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Color or not color ? Steve McCurry répond | Serge Bouvet, photographe

Color or not color ? Steve McCurry répond | Serge Bouvet, photographe | PHOTOGRAPHERS | Scoop.it

Sur la couleur et noir et blanc, chacun à son avis sur la question. Steve McCurry que j’ai rencontré à trois reprises à Paris, m’en a touché deux mots. A juste titre, pour accompagner le sujet en beauté, je vous propose de télécharger 4 préréglages Kodachrome offerts !® que j’ai conçus pour mes travaux de photographie en noir et blanc. 


Dans le monde de la photographie, le nom de Steve McCurry est synonyme de regard . Ses nombreux portraits saisissants font de lui l’un des meilleurs portraitistes au monde. Une référence historique incontournable pour qui veut s’intéresser à l’histoire de la photographie. A mes yeux, au même titre que Raghubir Singh et de William Eggleston, Steve McCurry a donné ces lettres de noblesse à la photographie couleur.


Le 13 décembre 2015, lors des Master Class qui avaient eu lieu à Paris, Steve McCurry m’a appris qu’il avait un point commun avec Raghubir Singh : Cartier Bresson. Chacun ont en effet présenté humblement leurs photos au maître français. A Steve McCurry, il lui conseille la voie noble du noir et blanc. L’élève s’émancipera du conseil de son mentor. A Raghubir Singh qui avait pris le taureau par les cornes en venant directement dans son appartement proche du Louvre pour lui remettre son ouvrage en couleur, il n’émet pas même une critique à son endroit. Cartier Bresson feuilletera à peine son livre. Dédain blessant pour Raghubir Singh. Le maître avait le regard soupçonneux et l’avis d’un inquisiteur à l’égard de la couleur. On ne touche pas au noir et blanc ! (...)

 

 

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Red State | Photographer: Christopher Anderson

Red State | Photographer: Christopher Anderson | PHOTOGRAPHERS | Scoop.it

Magnum is probably the most famous photo agency in the world. Even if you haven't heard of it, chances are you're familiar with its images, be they Robert Capa's coverage of the Spanish Civil War, Steve McCurry's Afghan Girl or Martin Parr's very British holiday-scapes. Unlike most agencies, Magnum's members are selected by the other photographers in the agency, which, given they're the greatest photo agency in the world, means that becoming a member is a pretty grueling process. As part of an ongoing partnership with Magnum, we will be profiling some of their photographers over the coming weeks.

First up is Christopher Anderson, who became a Magnum nominee in 2005 and was a full member by 2010. His early work on Haitian immigrants' illegal journey to America—during which he and they sank in the Caribbean Sea in a handmade wooden boat named Believe in God—won him the Robert Capa Gold Medal. And last year, we produced an episode of Picture Perfect about him.

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Congo (Belge) | Photographer: Carl de Keyzer

Congo (Belge) | Photographer: Carl de Keyzer | PHOTOGRAPHERS | Scoop.it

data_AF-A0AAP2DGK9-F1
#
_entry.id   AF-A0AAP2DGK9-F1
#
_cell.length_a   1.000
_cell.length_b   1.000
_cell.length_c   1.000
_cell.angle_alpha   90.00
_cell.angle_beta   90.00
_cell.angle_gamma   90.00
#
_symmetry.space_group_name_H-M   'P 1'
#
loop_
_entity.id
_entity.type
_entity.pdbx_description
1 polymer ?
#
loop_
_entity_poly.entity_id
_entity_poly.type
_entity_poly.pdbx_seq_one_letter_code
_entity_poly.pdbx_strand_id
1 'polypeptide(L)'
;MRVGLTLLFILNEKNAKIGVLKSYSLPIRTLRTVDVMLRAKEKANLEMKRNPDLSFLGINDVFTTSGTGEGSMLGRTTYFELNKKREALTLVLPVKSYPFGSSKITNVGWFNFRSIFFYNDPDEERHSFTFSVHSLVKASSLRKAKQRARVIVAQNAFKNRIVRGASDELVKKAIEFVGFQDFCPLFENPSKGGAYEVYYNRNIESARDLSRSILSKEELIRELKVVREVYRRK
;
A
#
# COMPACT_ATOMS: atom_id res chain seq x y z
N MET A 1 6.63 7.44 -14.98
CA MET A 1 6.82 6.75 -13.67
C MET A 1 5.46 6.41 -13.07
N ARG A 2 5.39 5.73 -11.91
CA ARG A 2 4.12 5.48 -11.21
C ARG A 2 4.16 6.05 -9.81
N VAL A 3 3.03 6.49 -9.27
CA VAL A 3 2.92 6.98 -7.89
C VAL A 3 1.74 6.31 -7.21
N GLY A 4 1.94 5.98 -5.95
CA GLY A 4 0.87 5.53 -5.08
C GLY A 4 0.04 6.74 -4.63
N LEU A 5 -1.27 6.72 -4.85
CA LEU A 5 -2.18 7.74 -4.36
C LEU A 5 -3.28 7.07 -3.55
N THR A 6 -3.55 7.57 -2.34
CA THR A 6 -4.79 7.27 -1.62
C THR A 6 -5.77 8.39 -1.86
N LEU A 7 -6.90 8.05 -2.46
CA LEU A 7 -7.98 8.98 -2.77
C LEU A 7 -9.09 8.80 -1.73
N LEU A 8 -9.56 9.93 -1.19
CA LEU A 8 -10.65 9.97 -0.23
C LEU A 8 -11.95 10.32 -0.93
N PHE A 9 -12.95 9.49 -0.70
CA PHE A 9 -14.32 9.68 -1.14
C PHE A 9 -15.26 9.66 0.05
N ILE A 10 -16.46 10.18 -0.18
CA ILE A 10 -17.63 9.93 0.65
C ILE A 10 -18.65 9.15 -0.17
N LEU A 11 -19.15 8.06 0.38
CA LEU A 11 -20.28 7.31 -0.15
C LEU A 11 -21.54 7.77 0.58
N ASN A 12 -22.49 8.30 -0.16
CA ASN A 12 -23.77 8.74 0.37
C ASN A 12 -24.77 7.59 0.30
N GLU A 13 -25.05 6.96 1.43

As a member of Magnum for almost 20 years, Belgian photographer Carl de Keyzer has published several books, shooting projects across the globe in Europe, Russia, Asia, and the U.S. His strength lies in his ability to consistently capture pointed, expressive moments within daily life. For the photographs in Congo, he took five trips over two years to document the life of a post-colonial nation. “I decided to use a 1954 tourist guide for the Congo – at that time still a Belgian colony. Visiting all kinds of colonial backgrounds – mines, factories, schools, monasteries, churches, prisons. In fact it’s more a project about Belgium itself. A small European country (80 times smaller) being arrogant enough to export their own surrealism to the heart of Africa.”

 

The photographs were made into a series of two books in 2009 and 2010,Congo (Belge) and Congo Belge en images. The first book consisted of his contemporary photographs (tour guide) and the second included a selection of remastered glass negatives of the birth of the colony (1890 – 1920). Each photograph implies a story or carries a message—all focus on the people in the situation, all cross the line between straightforward photojournalism and a richer, more artful documentary style. “I tend to engage in long-term projects. I prefer to stay in a country for a longish period in order to get a better feeling of what is going on there. I prefer complex images because they reflect the complexity of life itself. There is a conflict between the utilitarian aspect of certain images taken for a precise purpose and photographs expressing a more personal viewpoint. I am always somewhere in the middle. Can you really grasp a situation through a picture? Yes, perhaps. You try, even if you stay a stranger looking in from the outside. What you are aiming at is photographs showing situations that have repercussions on people’s lives. That is why I am a photographer.”

Photo report's insight:

Link info:
The portfolio is on Projects : 2009 Congo (Belge)

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Dorothy R. Cook 's curator insight, June 24, 2015 6:44 AM

I KNOW YOU ARE LOOKING BUT CAN YOU REALLY SEE THE WAY OF LIFE NOW OR NOT?